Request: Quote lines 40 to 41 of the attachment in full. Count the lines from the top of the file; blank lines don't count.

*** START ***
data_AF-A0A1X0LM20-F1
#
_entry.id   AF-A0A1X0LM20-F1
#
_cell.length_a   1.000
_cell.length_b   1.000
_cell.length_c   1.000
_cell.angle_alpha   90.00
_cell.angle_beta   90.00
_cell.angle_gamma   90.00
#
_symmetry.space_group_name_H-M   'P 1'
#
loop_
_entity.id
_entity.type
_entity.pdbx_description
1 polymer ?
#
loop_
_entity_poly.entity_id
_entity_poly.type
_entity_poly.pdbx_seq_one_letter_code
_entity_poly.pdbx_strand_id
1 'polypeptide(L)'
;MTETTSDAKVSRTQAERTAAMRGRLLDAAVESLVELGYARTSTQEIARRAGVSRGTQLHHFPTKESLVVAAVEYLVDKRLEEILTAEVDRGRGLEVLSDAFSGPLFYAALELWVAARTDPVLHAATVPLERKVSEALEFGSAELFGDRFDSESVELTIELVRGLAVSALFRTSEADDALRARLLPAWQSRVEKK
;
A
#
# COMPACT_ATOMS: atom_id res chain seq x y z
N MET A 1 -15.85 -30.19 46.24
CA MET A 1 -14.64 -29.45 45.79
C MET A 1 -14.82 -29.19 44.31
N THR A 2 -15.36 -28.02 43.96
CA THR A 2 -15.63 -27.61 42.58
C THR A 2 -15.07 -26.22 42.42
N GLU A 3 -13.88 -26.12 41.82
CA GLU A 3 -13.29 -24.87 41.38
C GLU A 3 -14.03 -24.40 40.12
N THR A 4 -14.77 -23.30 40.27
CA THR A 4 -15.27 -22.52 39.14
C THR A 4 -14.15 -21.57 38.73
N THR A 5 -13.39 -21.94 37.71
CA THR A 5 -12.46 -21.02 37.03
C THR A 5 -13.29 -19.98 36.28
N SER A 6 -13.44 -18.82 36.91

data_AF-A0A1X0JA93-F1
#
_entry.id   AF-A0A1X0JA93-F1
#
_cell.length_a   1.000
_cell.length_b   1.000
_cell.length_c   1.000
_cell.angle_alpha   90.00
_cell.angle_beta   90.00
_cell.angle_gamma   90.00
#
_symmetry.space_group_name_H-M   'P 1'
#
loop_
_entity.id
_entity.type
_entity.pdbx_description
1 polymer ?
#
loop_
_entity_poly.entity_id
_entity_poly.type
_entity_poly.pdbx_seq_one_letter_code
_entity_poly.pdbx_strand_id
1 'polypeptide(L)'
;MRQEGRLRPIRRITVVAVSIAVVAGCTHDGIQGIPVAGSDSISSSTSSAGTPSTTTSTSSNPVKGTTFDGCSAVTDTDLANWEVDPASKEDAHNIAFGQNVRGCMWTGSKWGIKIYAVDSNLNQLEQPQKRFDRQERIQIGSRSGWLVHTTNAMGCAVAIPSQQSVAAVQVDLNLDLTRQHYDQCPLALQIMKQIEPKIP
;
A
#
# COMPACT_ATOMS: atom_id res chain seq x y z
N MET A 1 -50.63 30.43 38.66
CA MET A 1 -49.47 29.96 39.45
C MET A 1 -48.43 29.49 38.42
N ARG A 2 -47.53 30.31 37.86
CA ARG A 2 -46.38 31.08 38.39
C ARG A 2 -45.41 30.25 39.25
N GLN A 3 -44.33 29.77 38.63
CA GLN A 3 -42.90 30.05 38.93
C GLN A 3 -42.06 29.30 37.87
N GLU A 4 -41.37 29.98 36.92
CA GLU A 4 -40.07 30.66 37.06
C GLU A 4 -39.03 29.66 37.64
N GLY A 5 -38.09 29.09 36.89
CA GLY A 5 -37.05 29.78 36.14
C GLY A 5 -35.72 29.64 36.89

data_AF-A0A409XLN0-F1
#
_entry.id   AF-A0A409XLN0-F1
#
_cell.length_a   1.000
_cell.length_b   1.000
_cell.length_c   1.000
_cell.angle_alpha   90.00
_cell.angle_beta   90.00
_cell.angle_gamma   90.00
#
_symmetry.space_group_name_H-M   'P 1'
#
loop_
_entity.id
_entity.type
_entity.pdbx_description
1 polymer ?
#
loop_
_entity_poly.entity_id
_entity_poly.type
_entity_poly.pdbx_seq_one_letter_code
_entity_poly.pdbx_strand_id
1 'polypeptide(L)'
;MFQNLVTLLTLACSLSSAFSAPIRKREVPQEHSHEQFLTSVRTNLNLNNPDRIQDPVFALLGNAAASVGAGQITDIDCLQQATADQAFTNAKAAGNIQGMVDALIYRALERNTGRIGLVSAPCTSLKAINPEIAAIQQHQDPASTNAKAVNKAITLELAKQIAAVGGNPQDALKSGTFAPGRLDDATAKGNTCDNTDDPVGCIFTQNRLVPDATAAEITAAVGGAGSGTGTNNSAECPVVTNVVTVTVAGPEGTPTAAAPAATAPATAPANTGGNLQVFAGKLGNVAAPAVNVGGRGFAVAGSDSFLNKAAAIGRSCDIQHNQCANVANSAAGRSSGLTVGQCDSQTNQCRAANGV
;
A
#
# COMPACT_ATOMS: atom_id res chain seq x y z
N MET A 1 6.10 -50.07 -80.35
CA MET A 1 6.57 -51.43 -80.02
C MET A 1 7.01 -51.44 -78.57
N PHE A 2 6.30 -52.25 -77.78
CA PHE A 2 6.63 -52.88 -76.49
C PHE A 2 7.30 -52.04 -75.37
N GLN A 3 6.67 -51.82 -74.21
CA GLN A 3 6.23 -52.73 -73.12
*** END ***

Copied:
N THR A 4 -14.77 -23.30 40.27
CA THR A 4 -15.27 -22.52 39.14